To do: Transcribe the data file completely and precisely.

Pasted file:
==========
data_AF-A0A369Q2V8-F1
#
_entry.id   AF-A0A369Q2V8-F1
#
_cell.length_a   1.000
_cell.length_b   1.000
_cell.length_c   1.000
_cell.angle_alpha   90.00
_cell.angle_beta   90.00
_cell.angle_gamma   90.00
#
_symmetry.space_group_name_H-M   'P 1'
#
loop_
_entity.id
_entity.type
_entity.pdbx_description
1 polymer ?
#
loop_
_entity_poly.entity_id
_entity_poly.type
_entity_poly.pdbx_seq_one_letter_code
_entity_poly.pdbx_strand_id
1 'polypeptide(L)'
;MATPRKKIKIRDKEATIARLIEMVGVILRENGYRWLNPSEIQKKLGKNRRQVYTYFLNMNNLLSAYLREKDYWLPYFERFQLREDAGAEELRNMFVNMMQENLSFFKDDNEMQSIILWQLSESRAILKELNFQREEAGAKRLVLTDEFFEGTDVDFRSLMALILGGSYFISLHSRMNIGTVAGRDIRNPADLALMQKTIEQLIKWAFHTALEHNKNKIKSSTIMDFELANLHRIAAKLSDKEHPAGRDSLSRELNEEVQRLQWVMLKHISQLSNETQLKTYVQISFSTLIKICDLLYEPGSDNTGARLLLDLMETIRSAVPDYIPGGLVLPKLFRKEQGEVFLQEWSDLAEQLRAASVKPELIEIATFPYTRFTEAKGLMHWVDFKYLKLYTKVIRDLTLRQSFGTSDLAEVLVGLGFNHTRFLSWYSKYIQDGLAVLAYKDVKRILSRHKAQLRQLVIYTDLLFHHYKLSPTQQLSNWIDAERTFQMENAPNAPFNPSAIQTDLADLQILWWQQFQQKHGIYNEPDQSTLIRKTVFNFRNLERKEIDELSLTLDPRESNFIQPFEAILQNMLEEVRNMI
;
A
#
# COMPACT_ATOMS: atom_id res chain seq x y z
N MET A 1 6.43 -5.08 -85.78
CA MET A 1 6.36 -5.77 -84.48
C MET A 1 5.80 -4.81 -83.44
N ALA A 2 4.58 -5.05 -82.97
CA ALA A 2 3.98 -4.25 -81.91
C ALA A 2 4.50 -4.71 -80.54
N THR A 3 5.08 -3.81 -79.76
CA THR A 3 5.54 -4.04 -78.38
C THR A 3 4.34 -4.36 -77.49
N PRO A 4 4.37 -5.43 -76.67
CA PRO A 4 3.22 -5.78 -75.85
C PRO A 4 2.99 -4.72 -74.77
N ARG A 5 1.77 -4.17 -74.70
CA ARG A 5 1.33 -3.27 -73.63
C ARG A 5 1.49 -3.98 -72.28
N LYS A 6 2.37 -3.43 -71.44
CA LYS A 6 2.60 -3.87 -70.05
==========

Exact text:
data_AF-A0A369Q2V8-F1
#
_entry.id   AF-A0A369Q2V8-F1
#
_cell.length_a   1.000
_cell.length_b   1.000
_cell.length_c   1.000
_cell.angle_alpha   90.00
_cell.angle_beta   90.00
_cell.angle_gamma   90.00
#
_symmetry.space_group_name_H-M   'P 1'
#
loop_
_entity.id
_entity.type
_entity.pdbx_description
1 polymer ?
#
loop_
_entity_poly.entity_id
_entity_poly.type
_entity_poly.pdbx_seq_one_letter_code
_entity_poly.pdbx_strand_id
1 'polypeptide(L)'
;MATPRKKIKIRDKEATIARLIEMVGVILRENGYRWLNPSEIQKKLGKNRRQVYTYFLNMNNLLSAYLREKDYWLPYFERFQLREDAGAEELRNMFVNMMQENLSFFKDDNEMQSIILWQLSESRAILKELNFQREEAGAKRLVLTDEFFEGTDVDFRSLMALILGGSYFISLHSRMNIGTVAGRDIRNPADLALMQKTIEQLIKWAFHTALEHNKNKIKSSTIMDFELANLHRIAAKLSDKEHPAGRDSLSRELNEEVQRLQWVMLKHISQLSNETQLKTYVQISFSTLIKICDLLYEPGSDNTGARLLLDLMETIRSAVPDYIPGGLVLPKLFRKEQGEVFLQEWSDLAEQLRAASVKPELIEIATFPYTRFTEAKGLMHWVDFKYLKLYTKVIRDLTLRQSFGTSDLAEVLVGLGFNHTRFLSWYSKYIQDGLAVLAYKDVKRILSRHKAQLRQLVIYTDLLFHHYKLSPTQQLSNWIDAERTFQMENAPNAPFNPSAIQTDLADLQILWWQQFQQKHGIYNEPDQSTLIRKTVFNFRNLERKEIDELSLTLDPRESNFIQPFEAILQNMLEEVRNMI
;
A
#
# COMPACT_ATOMS: atom_id res chain seq x y z
N MET A 1 6.43 -5.08 -85.78
CA MET A 1 6.36 -5.77 -84.48
C MET A 1 5.80 -4.81 -83.44
N ALA A 2 4.58 -5.05 -82.97
CA ALA A 2 3.98 -4.25 -81.91
C ALA A 2 4.50 -4.71 -80.54
N THR A 3 5.08 -3.81 -79.76
CA THR A 3 5.54 -4.04 -78.38
C THR A 3 4.34 -4.36 -77.49
N PRO A 4 4.37 -5.43 -76.67
CA PRO A 4 3.22 -5.78 -75.85
C PRO A 4 2.99 -4.72 -74.77
N ARG A 5 1.77 -4.17 -74.70
CA ARG A 5 1.33 -3.27 -73.63
C ARG A 5 1.49 -3.98 -72.28
N LYS A 6 2.37 -3.43 -71.44
CA LYS A 6 2.60 -3.87 -70.05